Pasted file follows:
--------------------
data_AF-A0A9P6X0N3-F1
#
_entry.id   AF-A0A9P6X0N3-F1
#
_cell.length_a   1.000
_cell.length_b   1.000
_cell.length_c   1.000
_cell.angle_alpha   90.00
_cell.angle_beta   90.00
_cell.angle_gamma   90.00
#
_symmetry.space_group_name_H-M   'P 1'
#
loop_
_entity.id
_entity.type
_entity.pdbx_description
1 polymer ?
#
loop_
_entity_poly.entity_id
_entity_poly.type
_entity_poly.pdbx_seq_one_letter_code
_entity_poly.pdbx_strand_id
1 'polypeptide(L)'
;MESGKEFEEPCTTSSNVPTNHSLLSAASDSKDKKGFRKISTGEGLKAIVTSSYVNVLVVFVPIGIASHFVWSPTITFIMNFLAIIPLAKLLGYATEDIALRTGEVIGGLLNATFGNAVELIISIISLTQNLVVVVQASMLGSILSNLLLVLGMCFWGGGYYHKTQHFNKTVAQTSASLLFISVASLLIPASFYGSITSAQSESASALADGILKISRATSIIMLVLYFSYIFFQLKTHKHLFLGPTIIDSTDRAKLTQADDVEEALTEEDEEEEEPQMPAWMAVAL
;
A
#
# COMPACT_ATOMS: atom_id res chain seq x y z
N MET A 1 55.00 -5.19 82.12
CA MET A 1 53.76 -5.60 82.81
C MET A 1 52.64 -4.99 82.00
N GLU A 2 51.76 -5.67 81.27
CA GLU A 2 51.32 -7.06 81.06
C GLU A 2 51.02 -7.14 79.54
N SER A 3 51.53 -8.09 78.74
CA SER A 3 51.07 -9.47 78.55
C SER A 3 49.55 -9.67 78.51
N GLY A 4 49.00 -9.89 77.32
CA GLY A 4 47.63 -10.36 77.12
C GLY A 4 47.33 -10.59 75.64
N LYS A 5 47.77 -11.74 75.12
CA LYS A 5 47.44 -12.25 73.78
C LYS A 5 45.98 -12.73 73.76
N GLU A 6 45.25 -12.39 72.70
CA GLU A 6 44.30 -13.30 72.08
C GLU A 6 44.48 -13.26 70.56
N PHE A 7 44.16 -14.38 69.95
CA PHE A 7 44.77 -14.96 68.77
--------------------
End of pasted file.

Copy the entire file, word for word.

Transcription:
data_AF-A0A9P6X0N3-F1
#
_entry.id   AF-A0A9P6X0N3-F1
#
_cell.length_a   1.000
_cell.length_b   1.000
_cell.length_c   1.000
_cell.angle_alpha   90.00
_cell.angle_beta   90.00
_cell.angle_gamma   90.00
#
_symmetry.space_group_name_H-M   'P 1'
#
loop_
_entity.id
_entity.type
_entity.pdbx_description
1 polymer ?
#
loop_
_entity_poly.entity_id
_entity_poly.type
_entity_poly.pdbx_seq_one_letter_code
_entity_poly.pdbx_strand_id
1 'polypeptide(L)'
;MESGKEFEEPCTTSSNVPTNHSLLSAASDSKDKKGFRKISTGEGLKAIVTSSYVNVLVVFVPIGIASHFVWSPTITFIMNFLAIIPLAKLLGYATEDIALRTGEVIGGLLNATFGNAVELIISIISLTQNLVVVVQASMLGSILSNLLLVLGMCFWGGGYYHKTQHFNKTVAQTSASLLFISVASLLIPASFYGSITSAQSESASALADGILKISRATSIIMLVLYFSYIFFQLKTHKHLFLGPTIIDSTDRAKLTQADDVEEALTEEDEEEEEPQMPAWMAVAL
;
A
#
# COMPACT_ATOMS: atom_id res chain seq x y z
N MET A 1 55.00 -5.19 82.12
CA MET A 1 53.76 -5.60 82.81
C MET A 1 52.64 -4.99 82.00
N GLU A 2 51.76 -5.67 81.27
CA GLU A 2 51.32 -7.06 81.06
C GLU A 2 51.02 -7.14 79.54
N SER A 3 51.53 -8.09 78.74
CA SER A 3 51.07 -9.47 78.55
C SER A 3 49.55 -9.67 78.51
N GLY A 4 49.00 -9.89 77.32
CA GLY A 4 47.63 -10.36 77.12
C GLY A 4 47.33 -10.59 75.64
N LYS A 5 47.77 -11.74 75.12
CA LYS A 5 47.44 -12.25 73.78
C LYS A 5 45.98 -12.73 73.76
N GLU A 6 45.25 -12.39 72.70
CA GLU A 6 44.30 -13.30 72.08
C GLU A 6 44.48 -13.26 70.56
N PHE A 7 44.16 -14.38 69.95
CA PHE A 7 44.77 -14.96 68.77